UN Security Council Condemns N. Korea Nuke Test; Begins Work on New Resolution
By Margaret Besheer
25 May 2009
The U.N. Security Council has condemned North Korea's carrying out of a nuclear test as a "clear violation" of existing council resolutions, and says it will begin work immediately on a new resolution.
The emergency meeting of the 15-member council lasted less than an hour. Afterwards, diplomats emerged with a united voice saying they opposed and condemned Pyongyang's latest defiance of international law.
U.S. Ambassador Susan Rice would not say if the resolution the council will begin drafting would carry new sanctions, but she said it should be strong, with appropriately strong contents.
"The U.S. thinks this is a grave violation of international law and a threat to regional and international peace and security," said Susan Rice. "And therefore, the United States will seek a strong resolution with strong measures."
France's deputy ambassador, Jean-Pierre Lacroix, said his country believes new sanctions are necessary.
"The French national position is that this resolution should include new sanctions, in addition to those already adopted by the Security Council, because this behavior must have a cost and a price to pay," said Jean-Pierre Lacroix.
Japan, which has been at the forefront of urging strong council action on North Korea and called for Monday's emergency meeting, said Pyongyang's nuclear test was a serious threat to regional and international peace and security, but also to the authority and prestige of the Security Council.
Russia and China have traditionally been North Korea's strongest allies on the council. But Russian Ambassador Vitaly Churkin, who chairs the council this month, criticized Pyongyang's actions as contrary to U.N. resolutions, the nuclear Non-Proliferation Treaty and the Comprehensive Nuclear Test Ban Treaty.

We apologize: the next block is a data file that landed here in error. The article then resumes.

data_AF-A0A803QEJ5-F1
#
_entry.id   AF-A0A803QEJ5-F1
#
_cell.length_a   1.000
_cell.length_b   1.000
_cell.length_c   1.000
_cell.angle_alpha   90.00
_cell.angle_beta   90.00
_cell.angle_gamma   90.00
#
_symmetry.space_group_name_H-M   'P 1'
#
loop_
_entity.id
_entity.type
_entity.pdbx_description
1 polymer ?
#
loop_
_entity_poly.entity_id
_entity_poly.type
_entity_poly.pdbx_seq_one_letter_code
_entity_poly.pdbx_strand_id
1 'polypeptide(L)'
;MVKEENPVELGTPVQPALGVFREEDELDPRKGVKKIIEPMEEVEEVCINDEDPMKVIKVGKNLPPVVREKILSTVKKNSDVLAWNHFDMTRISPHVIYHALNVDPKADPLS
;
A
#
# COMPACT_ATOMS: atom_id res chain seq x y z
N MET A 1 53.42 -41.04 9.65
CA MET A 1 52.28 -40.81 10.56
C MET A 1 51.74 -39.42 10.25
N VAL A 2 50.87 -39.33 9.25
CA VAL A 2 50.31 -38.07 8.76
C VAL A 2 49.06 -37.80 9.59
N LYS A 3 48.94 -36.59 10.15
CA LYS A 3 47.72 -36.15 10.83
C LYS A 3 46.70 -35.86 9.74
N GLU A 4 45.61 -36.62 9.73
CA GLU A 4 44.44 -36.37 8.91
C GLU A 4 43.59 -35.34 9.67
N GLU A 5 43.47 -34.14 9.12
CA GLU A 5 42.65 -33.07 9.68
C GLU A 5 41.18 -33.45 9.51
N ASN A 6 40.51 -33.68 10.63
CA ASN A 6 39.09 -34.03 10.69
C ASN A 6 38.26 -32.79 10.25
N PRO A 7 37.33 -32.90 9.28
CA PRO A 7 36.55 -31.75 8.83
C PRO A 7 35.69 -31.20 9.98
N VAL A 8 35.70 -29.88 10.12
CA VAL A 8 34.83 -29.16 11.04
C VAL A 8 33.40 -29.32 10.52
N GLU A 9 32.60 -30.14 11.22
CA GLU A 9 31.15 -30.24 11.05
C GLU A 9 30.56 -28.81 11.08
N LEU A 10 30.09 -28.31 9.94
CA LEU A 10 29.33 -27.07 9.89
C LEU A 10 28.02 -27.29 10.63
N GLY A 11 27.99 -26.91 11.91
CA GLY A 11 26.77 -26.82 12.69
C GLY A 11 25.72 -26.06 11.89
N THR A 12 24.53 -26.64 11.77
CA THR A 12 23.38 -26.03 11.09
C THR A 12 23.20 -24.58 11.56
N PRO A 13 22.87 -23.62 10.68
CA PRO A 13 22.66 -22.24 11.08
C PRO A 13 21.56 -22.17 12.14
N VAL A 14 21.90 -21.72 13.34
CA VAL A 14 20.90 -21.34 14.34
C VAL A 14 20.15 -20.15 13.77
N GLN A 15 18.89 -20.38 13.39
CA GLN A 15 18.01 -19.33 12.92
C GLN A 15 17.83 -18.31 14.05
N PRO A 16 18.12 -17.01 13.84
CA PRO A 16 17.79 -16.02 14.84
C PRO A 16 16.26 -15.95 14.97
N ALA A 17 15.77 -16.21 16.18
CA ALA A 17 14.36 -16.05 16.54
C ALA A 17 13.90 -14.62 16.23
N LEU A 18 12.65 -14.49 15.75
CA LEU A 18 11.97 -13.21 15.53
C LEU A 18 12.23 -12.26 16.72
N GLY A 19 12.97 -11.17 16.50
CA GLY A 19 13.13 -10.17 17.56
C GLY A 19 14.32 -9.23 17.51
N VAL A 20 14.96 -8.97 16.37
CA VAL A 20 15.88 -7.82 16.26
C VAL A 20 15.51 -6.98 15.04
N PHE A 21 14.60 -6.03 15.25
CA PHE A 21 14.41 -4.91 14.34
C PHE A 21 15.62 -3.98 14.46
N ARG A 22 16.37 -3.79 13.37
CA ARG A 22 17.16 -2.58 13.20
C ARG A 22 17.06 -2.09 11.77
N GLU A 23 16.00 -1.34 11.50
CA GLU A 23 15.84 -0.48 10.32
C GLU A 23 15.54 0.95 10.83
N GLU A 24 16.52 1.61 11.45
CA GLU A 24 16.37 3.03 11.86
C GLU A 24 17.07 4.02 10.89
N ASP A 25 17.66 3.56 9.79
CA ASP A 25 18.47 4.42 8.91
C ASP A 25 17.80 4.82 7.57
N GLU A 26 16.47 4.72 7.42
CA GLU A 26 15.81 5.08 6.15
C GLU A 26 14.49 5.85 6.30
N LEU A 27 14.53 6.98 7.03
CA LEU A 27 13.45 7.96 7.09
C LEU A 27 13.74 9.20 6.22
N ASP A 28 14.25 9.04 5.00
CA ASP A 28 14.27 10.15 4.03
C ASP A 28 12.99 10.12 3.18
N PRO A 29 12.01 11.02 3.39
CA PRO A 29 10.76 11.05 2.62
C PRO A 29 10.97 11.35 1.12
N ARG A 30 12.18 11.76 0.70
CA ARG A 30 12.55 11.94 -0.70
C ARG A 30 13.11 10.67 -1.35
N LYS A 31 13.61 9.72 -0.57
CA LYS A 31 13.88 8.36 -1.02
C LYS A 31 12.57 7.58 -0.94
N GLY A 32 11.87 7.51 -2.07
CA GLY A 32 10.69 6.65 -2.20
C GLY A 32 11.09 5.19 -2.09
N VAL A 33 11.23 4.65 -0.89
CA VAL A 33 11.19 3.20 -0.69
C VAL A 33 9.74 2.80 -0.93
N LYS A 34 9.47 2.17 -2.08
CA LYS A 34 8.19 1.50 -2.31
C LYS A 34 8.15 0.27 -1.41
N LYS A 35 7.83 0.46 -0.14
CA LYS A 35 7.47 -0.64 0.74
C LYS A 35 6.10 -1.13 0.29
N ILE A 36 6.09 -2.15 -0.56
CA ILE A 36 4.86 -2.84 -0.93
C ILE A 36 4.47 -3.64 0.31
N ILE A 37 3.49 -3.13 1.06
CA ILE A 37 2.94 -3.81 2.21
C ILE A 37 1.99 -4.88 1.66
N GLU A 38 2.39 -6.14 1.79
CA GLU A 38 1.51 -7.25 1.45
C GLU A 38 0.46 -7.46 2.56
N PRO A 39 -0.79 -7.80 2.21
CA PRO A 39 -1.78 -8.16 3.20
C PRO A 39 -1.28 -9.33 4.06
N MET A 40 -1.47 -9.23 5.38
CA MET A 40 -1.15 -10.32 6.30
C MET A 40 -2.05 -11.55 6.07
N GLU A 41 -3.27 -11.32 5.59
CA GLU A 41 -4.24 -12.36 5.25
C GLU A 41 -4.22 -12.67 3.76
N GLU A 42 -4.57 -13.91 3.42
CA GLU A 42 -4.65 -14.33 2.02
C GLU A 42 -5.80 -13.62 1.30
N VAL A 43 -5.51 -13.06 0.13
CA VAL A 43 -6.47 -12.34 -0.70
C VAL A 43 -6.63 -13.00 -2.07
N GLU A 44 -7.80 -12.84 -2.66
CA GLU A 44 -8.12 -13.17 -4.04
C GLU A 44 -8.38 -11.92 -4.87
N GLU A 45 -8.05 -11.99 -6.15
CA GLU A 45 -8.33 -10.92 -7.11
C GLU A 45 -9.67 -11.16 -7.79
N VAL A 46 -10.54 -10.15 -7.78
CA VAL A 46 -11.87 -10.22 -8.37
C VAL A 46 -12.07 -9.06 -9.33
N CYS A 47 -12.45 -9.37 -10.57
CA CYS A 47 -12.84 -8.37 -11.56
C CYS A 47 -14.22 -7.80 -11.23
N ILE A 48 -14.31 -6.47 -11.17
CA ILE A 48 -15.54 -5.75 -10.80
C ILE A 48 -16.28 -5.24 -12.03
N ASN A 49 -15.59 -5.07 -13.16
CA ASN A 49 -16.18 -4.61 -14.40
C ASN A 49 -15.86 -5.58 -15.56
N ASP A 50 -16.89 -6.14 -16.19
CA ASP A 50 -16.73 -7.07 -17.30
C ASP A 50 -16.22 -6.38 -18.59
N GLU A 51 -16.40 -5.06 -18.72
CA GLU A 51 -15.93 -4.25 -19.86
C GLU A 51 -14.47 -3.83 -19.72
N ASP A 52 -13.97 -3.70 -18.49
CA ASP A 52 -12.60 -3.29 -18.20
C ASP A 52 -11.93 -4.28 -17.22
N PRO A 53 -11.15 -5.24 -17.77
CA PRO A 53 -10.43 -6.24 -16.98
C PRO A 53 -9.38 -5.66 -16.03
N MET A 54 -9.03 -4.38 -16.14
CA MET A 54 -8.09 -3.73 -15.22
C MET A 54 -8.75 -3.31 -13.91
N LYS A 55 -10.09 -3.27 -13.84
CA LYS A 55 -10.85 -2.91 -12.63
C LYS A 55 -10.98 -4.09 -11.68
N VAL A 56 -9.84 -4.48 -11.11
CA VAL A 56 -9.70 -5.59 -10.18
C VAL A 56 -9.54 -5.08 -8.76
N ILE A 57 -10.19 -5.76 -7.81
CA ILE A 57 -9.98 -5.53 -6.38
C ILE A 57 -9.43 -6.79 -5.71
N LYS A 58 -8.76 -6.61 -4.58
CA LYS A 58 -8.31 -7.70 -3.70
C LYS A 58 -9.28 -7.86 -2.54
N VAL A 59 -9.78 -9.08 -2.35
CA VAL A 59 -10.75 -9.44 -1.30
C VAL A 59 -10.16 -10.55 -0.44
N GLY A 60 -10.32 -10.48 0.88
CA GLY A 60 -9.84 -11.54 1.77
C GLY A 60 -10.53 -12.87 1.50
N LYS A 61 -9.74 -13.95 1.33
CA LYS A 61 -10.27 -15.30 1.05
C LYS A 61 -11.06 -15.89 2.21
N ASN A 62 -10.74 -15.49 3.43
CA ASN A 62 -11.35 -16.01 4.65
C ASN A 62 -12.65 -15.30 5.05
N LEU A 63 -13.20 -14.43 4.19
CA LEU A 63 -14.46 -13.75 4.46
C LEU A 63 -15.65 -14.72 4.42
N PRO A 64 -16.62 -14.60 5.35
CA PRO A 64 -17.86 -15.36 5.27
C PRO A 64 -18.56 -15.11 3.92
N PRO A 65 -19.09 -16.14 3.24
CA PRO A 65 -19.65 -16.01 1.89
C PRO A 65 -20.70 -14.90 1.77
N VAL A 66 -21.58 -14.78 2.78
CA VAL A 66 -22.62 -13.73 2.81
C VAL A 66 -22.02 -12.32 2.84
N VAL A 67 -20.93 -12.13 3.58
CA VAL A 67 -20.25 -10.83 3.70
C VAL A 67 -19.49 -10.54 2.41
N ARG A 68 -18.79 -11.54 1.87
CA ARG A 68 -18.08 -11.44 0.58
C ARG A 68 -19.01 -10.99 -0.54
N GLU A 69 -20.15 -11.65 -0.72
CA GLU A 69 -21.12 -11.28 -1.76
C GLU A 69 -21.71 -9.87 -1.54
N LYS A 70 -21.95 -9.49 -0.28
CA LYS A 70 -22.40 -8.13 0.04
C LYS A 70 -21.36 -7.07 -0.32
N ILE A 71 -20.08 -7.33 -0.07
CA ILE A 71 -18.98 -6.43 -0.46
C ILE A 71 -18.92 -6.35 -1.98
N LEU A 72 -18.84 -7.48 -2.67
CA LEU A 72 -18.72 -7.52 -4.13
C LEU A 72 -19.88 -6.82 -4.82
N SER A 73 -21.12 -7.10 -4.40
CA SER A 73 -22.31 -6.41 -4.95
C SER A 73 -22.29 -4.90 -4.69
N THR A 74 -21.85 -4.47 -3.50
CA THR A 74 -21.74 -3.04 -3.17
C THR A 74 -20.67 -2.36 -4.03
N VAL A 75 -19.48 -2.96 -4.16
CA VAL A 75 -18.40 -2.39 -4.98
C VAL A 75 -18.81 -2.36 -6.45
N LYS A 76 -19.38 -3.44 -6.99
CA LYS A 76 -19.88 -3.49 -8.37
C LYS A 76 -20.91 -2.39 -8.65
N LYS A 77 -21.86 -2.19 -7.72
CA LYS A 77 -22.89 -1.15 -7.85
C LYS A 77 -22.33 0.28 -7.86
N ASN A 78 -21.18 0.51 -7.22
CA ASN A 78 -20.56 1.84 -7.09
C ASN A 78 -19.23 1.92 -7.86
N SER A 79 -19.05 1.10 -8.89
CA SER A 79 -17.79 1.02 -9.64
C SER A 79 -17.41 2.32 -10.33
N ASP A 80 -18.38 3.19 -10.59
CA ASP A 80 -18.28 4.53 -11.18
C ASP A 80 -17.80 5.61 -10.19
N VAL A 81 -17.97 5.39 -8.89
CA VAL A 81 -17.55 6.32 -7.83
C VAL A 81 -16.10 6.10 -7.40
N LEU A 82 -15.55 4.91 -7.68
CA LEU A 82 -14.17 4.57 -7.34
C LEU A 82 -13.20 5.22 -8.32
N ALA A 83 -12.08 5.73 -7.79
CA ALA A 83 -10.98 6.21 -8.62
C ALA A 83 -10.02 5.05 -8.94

"We are one of the founding fathers, Russia is, of those [the NPT and CTBT] documents," said Vitaly Churkin. "So we think they are extremely important in current international relations. So anything which would undermine the regimes of those two treaties is very serious and needs to have a strong response to it."
The Chinese government issued a statement saying it resolutely opposes the test.
Early Monday, North Korea confirmed it had conducted an underground nuclear test. In 2006, it performed a similar test that resulted in the adoption of a U.N. Security Council resolution sanctioning it.
In April, North Korea launched a test rocket that the United States, Japan and others said was cover for a ballistic missile test. The Security Council condemned that as well, tightening existing sanctions, but not adopting a new resolution.
U.N. Secretary-General Ban Ki-moon, who is a former South Korean foreign minister, also condemned North Korea's action. In a statement, the U.N. chief "deeply deplored" the underground nuclear test as a "clear and grave violation" of Security Council resolutions and urged Pyongyang to "refrain from taking further actions that would increase tensions in the region."
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